Which of the above buttons looks more clickable?
As a developer, you may build interactions that are designed during the earlier stages of a project when the focus is on the way things look. There may be some discussion of how the user interacts with the design, but this is often overlooked.
The way that your website behaves when a user interacts with it is crucial to good user experience. If a component of your site confuses your users when used, there’s a good chance the user will be distracted.
The animation of a slider like the one pictured above or one such as SlideDeck must convey movement or progress. If the slider moves horizontally or vertically, let the user know what’s happening. Changing content without an animation creates an opportunity for a disconnect, and that’s not a good user experience. Captivate your users with animations that make sense and convey motion.
Create Hints for Your Users
When an interaction is presented, users don’t always know what to click on. Help your users by creating different states for the click-able areas elements. Underlining text or making it bold is fine, but changing a button’s appearance as the mouse moves over it is even better; it’s simply begging to be clicked at that stage. Don’t be afraid to give your button a large “hit area” either. With a larger hit area, the button will spring to life as the user’s pointer approaches it, hinting at the possibilities ahead.
If the user clicks a button that changes something, highlight the changed area to let them know that something happened. This is especially applicable on forms where choosing one option enables/disables other options.
Why is This Important to the User?
A confused user is a user close to giving up. You shouldn’t confuse your users; they’ll become frustrated and may leave your site, potentially costing you business. Users like it when you can predict their needs, but not when you hold their hand and pull them in a certain direction–but fear not, for it is possible to straddle that fine line. Consider a page that displays employees’ photos; the page has photos of the employees below a switcher that says a bit about each person.
This switcher highlights the smaller image when selected
Clicking one of the numbers at the base of the switcher will showcase that employee (notice the way these numbers change as you hover over them) and also highlight the employee’s smaller photo; very good. Scrolling to the end of that page, and clicking an employee’s photo, will cause the page to scroll back up, to showcase the newly selected employee. Without this interaction, the user may become confused or consider the interaction “broken”. It does take the control away from the user briefly, but in this case it’s well used.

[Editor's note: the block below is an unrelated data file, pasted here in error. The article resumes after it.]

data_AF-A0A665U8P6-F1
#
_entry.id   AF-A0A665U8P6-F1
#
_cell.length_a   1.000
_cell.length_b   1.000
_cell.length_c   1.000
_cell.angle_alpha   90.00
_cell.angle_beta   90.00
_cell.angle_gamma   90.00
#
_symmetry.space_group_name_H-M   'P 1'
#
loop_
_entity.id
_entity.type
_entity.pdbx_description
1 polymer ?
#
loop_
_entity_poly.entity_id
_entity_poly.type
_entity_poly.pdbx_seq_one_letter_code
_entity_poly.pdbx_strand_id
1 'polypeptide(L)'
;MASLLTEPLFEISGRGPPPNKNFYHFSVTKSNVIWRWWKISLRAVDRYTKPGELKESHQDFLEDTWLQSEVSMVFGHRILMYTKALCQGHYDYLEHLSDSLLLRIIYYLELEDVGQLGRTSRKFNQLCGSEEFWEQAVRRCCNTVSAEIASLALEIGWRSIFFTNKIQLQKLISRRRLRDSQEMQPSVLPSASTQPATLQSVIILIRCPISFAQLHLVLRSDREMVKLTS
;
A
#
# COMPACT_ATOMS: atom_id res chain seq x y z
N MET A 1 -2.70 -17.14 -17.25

- The previous and next buttons don’t indicate if they are click-able as your mouse moves over them. They don’t even change when you actually click on them!
- Clicking the previous or next buttons in rapid succession causes the slider to behave unpredictably and it then appears broken.
- The indicator at the bottom of the slider isn’t click-able, and has no function other than letting you know that you’ve reached the end, but is too small to drive the point home.
If a user double clicks the previous or next buttons, the slider advances strangely and some of the material is truncated. Repeat this in rapid succession and all hell breaks loose! The slider also loops, so the horizontal motion serves to make the user think that there’s a beginning or an end when in reality there isn’t.
This slider leaves much to be desired and can reduce user confidence
The broken interaction is unintuitive and takes a few points off the confidence meter. It makes you think, “What else on this page isn’t coded properly? What will break if I click this other button five times rapidly?” For a site like PayPal, that’s a dangerous way for your users to see you.
I’m not about to criticize PayPal without presenting a solution: They need to do one of two things to this slider: either queue your clicks so 5 rapid clicks = 5 slide advancements one after the other, or disable the previous and next buttons while animation is in progress, ignoring the clicks during animation. It wouldn’t hurt to give the previous and next buttons hover, inactive and active states either.
A well Polished Interaction Inspires Confidence in the User
An interaction that fills in the (mental) blanks for the user while they are using a website is good for user experience, and if done right can even get the user excited about participating in the interaction. Generally, excited users not only turn into conversions, but can also be an essential tool in spreading the word about your product/service.
Get the interaction done right and make it solid. Your users will love you for it.